Mar 20, 2019
Welcome to Heels of Justice; these are the stories of women lawyers who are trailblazers in their field and paved the way for the rest of us.
Today, the Heels of Justice interview Andrea (Andie) S. Kramer, author and Partner in the international law firm of McDermott Will & Emery LLP, which was just listed as one of the “10 Best Big Law Firms for Female Attorneys.” Andie is head of the firm’s Financial Products, Trading, and Derivatives Group, and is the founding chair of the firm’s Gender Diversity Committee and currently serves as its co-chair. She has served on both her firm’s Management Committee and Compensation Committee. In these roles, she became deeply concerned about the disparities in the pace and extent of women’s and men’s career achievements.
[:29] Katherine welcomes Andie Kramer, lawyer and author to the Heels of Justice podcast.
[1:12] How did Andie end up writing her first book on gender dynamics in law firms?
[3:19] What was the response Andie got to the Self-evaluation do’s and Don’ts a piece she wrote about 12 years ago?
[4:29] Were there any changes in self-evaluations by women after the training was initially offered at her firm?
[6:23] Once women start talking about themselves as rockstars, is there anything else that needs to be done to ensure that message is received positively?
[8:35] What is the Goldilocks dilemma?
[9:20] Katherine asks for some very pragmatic advice on how to navigate a boardroom interruption (we also learn there was a necessity to create a tip sheet for this specific issue!).
[11:45] Doesn’t this whole “tips and advice for women” just generate more work for women just to stand shoulder to shoulder with their peers?
[14:08] Katherine asks Andie to describe benevolent sexism, as it was an issue she always knew about but never managed to express clearly.
[16:50] How are women to respond to benevolent sexism?
[18:07] Andie shares an outrageous anecdote from her book.
[20:34] What led Andie to become a lawyer?
[24:11] Katherine asks Andie to share a moment when she advocated for herself.
[27:33] How about a time when Andie experienced failure? And what about the recovery from such a failure?
[32:30] Katherine asks if Andie has advice for women just out of law schools, in terms of picking a firm. Alternatively, what can law firms do to ensure a higher rate of senior women within their ranks?
[33:55] What about advice Andie would have for her younger self?
[35:05] Katherine asks Andie what the biggest risk she took was.
[36:30] And finally, what motivates Andie to write when she could be spending this time just being the awesome lawyer that she is?
[37:15] Katherine thanks Andie for participating on the Heels of Justice podcast, and she signs off until next time.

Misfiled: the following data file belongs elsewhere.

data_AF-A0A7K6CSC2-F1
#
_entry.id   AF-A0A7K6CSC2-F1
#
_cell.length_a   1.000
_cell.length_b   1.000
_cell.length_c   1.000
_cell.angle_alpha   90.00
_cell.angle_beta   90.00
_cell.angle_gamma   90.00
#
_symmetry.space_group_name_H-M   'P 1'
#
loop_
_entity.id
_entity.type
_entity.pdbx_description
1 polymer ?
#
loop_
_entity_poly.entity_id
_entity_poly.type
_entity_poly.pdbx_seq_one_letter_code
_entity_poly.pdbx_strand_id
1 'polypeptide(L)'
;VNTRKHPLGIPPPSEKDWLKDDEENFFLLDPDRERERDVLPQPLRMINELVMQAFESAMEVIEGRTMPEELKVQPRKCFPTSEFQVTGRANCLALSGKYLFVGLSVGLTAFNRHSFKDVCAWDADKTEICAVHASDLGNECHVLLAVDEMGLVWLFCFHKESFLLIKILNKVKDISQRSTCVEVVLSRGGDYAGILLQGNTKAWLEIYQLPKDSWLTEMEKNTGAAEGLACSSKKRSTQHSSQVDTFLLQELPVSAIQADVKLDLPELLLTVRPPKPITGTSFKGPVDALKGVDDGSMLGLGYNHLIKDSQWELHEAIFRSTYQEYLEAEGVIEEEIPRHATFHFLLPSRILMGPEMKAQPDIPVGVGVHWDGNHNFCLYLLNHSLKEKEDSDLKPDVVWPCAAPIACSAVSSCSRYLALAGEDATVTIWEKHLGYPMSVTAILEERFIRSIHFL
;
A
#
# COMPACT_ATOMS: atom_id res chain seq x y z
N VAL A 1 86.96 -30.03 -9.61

That’s it for this episode of Heels of Justice; if you like the stories we’re telling, please visit our website. You can join our mailing list, learn more about our guests and see what we have planned for the future.
Disclaimer: The opinions you have heard are ours or our guest’s alone. They’re not the opinions of our employers, or our clients, or our bosses, and not our husbands, kids or pets or anyone else’s.
Mentioned in this episode (chronological order)
More about the Heels of Justice, Sarita Venkat, and Katherine Minarik
Sarita Venkat on LinkedIn
Katherine Minarik on LinkedIn
Katherine Minarik on Twitter
Katherine Minarik at cleverbridge
Andie’s personal stories (edited)
“I was on our compensation committee and what I found was that the women would write their self-evaluations very modestly: ‘I was on the ABC team and I worked with Katherine, and so, and so, and so, and so, and so, and so, and so, and so, and so…’ but the men would write their self-evaluations ‘I’m a total rock star and I saved the world for democracy, and I’m everything!’ It struck me because who do you think is going to make more money? The very first piece that I wrote was about self-evaluation do’s and don’ts as to what women need to do in order to advocate for themselves.”
“I was probably 13 years old and my social studies class went to the criminal court building and we saw the defense putting on a murder trial and seeing a piece of a murder trial from the defense side obviously makes you think the person is innocent. So I was going to find a way to save the world. I told my parents I was going to be a lawyer, and they knew a lawyer, so they asked him if he would take me to lunch and give me career advice — this is before women were really admitted to law school in any numbers (the ’60s) — so this man takes me to lunch and proceeds to spend the entire time telling me that I did not want to be a lawyer because nobody likes lady lawyers. ‘Lady lawyers are lonely, they don’t have any friends; I would never have a family, I would never get married; no one would ever love me!’ and that was his lunch. … When he assured me that it was a terrible thing, I concluded that I was going to do it, and I could manage those things.”
More about Andrea S. Kramer